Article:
METHOD Subjects were 154 male and female undergraduate psychology students who agreed to complete a questionnaire in exchange for additional course credit. Five questionnaires were incomplete or incorrectly marked and were excluded from the analysis, which reduced the sample size to 149. There were 59 men and 90 women in the sample whose average age was 19.6 yr. (SD = 4, range = 17-46 yr.). Both white and black subjects participated in the study. Subjects anonymously completed a brief questionnaire3 consisting of one item about actual past blood donating and seven Likert-scale items about various attitudes about AIDS. The first scale item asked subjects to identify themselves as either a regular donor, an occasional donor, a former donor who would not give blood now, or a lifetime nondonor. The remaining six items required a rating on the five-point Likert scale indicating strength of agreement with the attitudinal statements (1= strongly agree; 5 = strongly disagree). Representative statements measured current worry about having AIDS, desire to be tested for AIDS, belief that donating blood can lead to AIDS, and fear of being stuck with needles.
RESULTS Analysis of the questionnaire responses indicated that 66.4% of the subjects had never donated blood (n = 99) and 23 5% of the subjects identified themselves as occasional donors (n = 35). Furthermore, almost 70% of the nondonors were women. Nine subjects (6.04%) were regular blood donors, and only six subjects (4.03%) had given blood in the past but had stopped. Because so few subjects were included in the latter two categories, data from their questionnaires were excluded from analysis. Mean scores on each of the attitude statements were compared with mean differences between groups. Nondonors were more likely than donors to believe that the blood supply was not safe from the AIDS virus (t,,, = 2.52, p < . 0 5 ) While both groups were equally aware of the possibility of 'Requests for copies of the attitude scale may be directed to the author; see Footnote 2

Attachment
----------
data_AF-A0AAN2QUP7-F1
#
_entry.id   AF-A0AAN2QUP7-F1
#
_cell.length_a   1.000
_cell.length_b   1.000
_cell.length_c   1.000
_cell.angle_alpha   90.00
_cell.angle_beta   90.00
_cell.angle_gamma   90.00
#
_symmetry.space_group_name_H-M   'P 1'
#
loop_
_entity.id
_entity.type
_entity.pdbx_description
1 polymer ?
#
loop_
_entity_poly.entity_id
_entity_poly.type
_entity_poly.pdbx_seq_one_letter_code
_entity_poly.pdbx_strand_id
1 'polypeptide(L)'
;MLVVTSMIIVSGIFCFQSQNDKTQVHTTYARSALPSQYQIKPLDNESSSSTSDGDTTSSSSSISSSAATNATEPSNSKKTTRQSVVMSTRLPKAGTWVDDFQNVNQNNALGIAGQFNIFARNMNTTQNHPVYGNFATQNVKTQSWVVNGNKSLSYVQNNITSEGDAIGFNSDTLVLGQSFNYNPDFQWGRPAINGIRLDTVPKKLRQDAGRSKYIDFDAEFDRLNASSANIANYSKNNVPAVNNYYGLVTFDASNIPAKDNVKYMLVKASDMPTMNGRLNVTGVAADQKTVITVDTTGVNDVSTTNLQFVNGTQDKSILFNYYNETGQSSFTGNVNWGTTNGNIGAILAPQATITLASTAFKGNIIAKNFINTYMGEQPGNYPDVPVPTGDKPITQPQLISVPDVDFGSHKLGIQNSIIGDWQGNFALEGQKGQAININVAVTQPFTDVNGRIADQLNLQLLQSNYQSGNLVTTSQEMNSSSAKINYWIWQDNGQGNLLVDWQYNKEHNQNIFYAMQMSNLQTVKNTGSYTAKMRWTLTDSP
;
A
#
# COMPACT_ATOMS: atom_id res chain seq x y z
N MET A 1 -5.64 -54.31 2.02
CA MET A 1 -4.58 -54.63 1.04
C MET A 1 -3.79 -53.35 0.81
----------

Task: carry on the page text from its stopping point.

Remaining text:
BLOOD DONATIONS AND AIDS
AIDS transmission via blood transfusion, nondonors were more likely to report that they would worry about contacting AIDS if they were to receive a blood transfusion (t,,,= -4.00, p< .005). Nondonors expressed a stronger belief than the donors that AIDS could be contracted by donating blood (t,,, = -3.66, p < .001). Nondonors also reported a stronger fear of being stuck with needles (t,,, = -5.06, p < .005). There were no differences between groups in degree of current worry about actually having AIDS or the desire to be tested for the AIDS virus. TABLE 1 MEANRATINGS A N D STANDARD DEVIATIONS OF A T ~ T U DSTATEMENTS E FORDONORSAND NONDONORS Attitude Statements
Donors, n: 35 M
Blood supply safe from AIDS Can get AIDS from transfusion Would worry about AIDS iE transfused Worried about having AIDS Can get AIDS by donating blood Afraid of needles Afraid to be tested for AIDS
3.1 2.5 3.1 4.1 4.4 4.0 3.9
SD .9 1.4 1.3 1.2 1.0 1.2 1.1
Nondonors, n: 99 M
2.7* 2.1 2.1* 3.9 3.7* 2.7* 3.6
.9 1.4 1.2 1.2
1.2 1.5 1.1
*p < .05.
Additional data analyses were performed to assess AIDS-related attitude differences between the female and male subjects. Significant differences were found between women and men on three of the measures. Women were more likely than men to doubt the safety of the blood supply (t,,, = 2.87, p